Archive for August 6th, 2008


After visiting India the first time, I noticed that I saw very little children, let alone anyone, with disabilities.  At home in California, I work with a Jewish organization called “The Friendship Circle” that works with children with special needs. It is not a school, but almost like a “play group” where normally-abled teens from around the Bay Area get together and create a new community with the children and teens with disabilities. Through my work with the Friendship Circle, I feel a huge connection to children with disabilities. So, after working with the poor children in India, I only could wonder “Where are the disabled?” 

Yet I could find none. But now I have, in a school named Disha. 


Today I was fortunate enough to be able to visit Disha, a school that teaches academics and basic life skills to children and young adults with disabilities.  At first, it seemed like a flash-forward to where I hope Pratham Shiksha will be in a few years: a beautiful building, the students hand made gifts displayed in the waiting area, and a gorgeous grass area in front. But, upon looking inside the classrooms, I found the difference. The students wore uniforms, yet they were messily put together. Wheelchairs were littered in front of the classroom doors, and inside, the students sat in specially made wooden desks that were similar to high chairs: The student would sit, and then the desk would be strapped in front. The desks were complete with special padded holes to put a student’s feet in. 

It was lunch time and many of the students had food set in front of them on their desks. The food was scattered around the desk, and covered the area around their mouths. Yet, these students looked to be 13 or 14. To me, this was not shocking, because I have worked with disabled children before. But I’m sure, to any person who is unaccustomed, this would be a huge surprise.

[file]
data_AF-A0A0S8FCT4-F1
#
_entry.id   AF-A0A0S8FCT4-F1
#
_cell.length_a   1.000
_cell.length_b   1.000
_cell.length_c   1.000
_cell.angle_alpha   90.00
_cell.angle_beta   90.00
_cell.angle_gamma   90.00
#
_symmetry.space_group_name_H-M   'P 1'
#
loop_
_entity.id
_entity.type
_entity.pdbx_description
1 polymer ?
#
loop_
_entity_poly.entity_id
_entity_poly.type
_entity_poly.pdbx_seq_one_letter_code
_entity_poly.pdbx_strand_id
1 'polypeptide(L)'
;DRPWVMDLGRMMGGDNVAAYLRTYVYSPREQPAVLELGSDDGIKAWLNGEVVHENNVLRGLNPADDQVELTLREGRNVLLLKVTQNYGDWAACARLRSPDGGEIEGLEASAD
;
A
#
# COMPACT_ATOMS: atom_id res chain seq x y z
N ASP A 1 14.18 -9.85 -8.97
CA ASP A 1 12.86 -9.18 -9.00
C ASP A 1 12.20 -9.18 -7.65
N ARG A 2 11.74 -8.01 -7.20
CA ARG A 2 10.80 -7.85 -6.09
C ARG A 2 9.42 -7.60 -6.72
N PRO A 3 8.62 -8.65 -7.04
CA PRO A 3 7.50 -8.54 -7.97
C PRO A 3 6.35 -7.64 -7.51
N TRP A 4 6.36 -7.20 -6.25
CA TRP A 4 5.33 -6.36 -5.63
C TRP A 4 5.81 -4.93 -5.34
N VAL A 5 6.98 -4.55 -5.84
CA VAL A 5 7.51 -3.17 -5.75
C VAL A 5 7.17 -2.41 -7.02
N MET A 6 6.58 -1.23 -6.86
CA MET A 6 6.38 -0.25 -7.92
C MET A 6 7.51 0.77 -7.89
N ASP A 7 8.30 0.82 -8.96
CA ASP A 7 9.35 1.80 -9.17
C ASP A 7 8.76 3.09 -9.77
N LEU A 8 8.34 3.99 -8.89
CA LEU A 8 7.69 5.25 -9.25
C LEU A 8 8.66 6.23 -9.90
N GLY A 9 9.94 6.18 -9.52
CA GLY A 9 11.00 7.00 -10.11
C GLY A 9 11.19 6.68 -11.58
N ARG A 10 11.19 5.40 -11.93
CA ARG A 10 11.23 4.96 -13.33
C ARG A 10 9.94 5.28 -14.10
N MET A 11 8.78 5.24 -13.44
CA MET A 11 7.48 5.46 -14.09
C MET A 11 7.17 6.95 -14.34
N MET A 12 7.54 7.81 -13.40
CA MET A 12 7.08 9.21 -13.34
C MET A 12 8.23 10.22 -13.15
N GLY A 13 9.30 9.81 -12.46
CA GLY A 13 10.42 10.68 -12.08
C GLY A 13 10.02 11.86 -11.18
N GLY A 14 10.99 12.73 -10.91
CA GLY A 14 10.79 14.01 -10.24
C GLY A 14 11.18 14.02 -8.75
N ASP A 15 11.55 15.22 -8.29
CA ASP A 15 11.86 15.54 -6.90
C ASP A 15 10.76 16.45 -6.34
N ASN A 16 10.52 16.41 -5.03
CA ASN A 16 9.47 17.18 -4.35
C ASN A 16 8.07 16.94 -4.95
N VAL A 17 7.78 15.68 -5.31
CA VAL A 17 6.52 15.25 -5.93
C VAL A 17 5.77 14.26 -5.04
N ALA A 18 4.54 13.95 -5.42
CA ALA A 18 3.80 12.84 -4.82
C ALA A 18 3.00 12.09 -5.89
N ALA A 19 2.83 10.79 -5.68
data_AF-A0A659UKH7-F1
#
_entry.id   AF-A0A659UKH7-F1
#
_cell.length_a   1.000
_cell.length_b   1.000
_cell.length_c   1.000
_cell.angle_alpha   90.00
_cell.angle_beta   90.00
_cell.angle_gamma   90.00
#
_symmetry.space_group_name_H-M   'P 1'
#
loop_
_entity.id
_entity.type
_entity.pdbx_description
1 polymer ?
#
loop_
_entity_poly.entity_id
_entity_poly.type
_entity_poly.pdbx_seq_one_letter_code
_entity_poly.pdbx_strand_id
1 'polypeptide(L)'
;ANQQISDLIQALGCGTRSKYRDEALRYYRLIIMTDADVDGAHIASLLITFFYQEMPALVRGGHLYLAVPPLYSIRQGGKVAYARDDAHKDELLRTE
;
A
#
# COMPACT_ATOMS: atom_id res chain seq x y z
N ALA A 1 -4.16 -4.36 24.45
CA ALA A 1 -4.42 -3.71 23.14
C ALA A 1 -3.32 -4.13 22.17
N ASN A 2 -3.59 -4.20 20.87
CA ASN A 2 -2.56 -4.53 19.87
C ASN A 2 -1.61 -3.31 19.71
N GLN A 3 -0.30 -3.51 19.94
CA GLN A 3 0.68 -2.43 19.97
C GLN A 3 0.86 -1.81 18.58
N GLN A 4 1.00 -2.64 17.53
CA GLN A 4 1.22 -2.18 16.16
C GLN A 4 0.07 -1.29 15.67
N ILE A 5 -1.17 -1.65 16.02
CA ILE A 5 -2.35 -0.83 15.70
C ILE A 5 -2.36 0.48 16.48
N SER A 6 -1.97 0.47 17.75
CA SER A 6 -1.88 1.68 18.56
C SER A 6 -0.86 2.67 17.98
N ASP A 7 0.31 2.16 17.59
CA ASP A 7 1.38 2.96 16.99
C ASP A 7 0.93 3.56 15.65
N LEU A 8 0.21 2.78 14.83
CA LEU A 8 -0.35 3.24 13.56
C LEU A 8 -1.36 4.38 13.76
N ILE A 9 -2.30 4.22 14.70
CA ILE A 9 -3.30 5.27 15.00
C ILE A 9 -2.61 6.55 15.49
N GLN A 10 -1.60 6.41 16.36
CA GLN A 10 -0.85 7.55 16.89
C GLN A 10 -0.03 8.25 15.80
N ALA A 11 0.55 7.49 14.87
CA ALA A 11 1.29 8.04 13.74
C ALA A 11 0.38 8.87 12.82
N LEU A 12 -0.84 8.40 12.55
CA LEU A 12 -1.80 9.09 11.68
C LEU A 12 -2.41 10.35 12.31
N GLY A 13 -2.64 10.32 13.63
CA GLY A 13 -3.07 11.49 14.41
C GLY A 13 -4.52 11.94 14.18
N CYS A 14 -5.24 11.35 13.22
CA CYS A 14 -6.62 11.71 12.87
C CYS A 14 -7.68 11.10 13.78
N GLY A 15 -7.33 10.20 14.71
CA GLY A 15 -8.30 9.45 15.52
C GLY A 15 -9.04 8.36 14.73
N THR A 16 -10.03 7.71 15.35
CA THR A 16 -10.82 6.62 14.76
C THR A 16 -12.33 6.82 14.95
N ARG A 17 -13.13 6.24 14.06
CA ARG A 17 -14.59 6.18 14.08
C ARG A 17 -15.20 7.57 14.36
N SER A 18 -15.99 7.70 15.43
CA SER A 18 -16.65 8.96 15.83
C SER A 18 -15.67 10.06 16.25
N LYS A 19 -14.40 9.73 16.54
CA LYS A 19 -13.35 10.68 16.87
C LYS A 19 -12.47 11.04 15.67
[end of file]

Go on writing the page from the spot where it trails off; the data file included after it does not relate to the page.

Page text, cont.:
Every classroom looked more or less the same. Same desks, same black board, but with different pictures on the walls. The students were different too. Most were excited to see me and stuck out their hands, similar to Pratham Shiksha children, yet few smiled. Their eyes were glossy and they appeared to be thinking very hard about something.

I eventually made my way to the top floor and visited the cooking and handicraft classrooms. There were the older students, most of whom were adults older than me. They were excited to meet me, one even kissed my hand. Another asked to take a picture with me and for me to sit on the floor. When I did and Om Prakash was about to take the picture, she tilted her head down and started crying, because she was very self conscious in front of the camera. But, when we stopped taking pictures, she tilted her head back up, smiled, and shook my hand again. They also showed me how to make block print paper and how to glue on sequins. 


On my way out, I realized that some people are not very intelligent. They think, “Oh, I should help these disabled children, because it is not fair. It is not fair that they are born that way. They cannot help it!” Yet, they do not think to help the poor children, even though they are in a similar situation. They can’t help being poor, and they were also born into it. Granted, there is a difference, but people do not even think about the beggars, the homeless. They only see them and think, “wow that’s disgusting.”

What I don’t understand is how one person can help one type and ignore the other.


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Molly with Molly

My name has a meaning at least one place in the world! 

On Monday, I discovered that my name is a holy word. When Hindus worship, they have a red and yellow piece of string tied to their wrists, called “molly” (forgive if I spelled it wrong, but it is pronounced the same as my name). They also have a paint put on their foreheads in the spot that a woman’s bindi would go, called “Rolly” (once again, forgive my spelling). And this is why no one has trouble pronouncing my name! In fact, I met another woman today named Molly. 

Sumeeti told me that if I was born in India, along with Erica (my twin sister, for those of you who do not know), our names would be Molly and Rolly. Haha!

At the School Teej festival, I had a molly tied to my wrist. I now have my very own molly!

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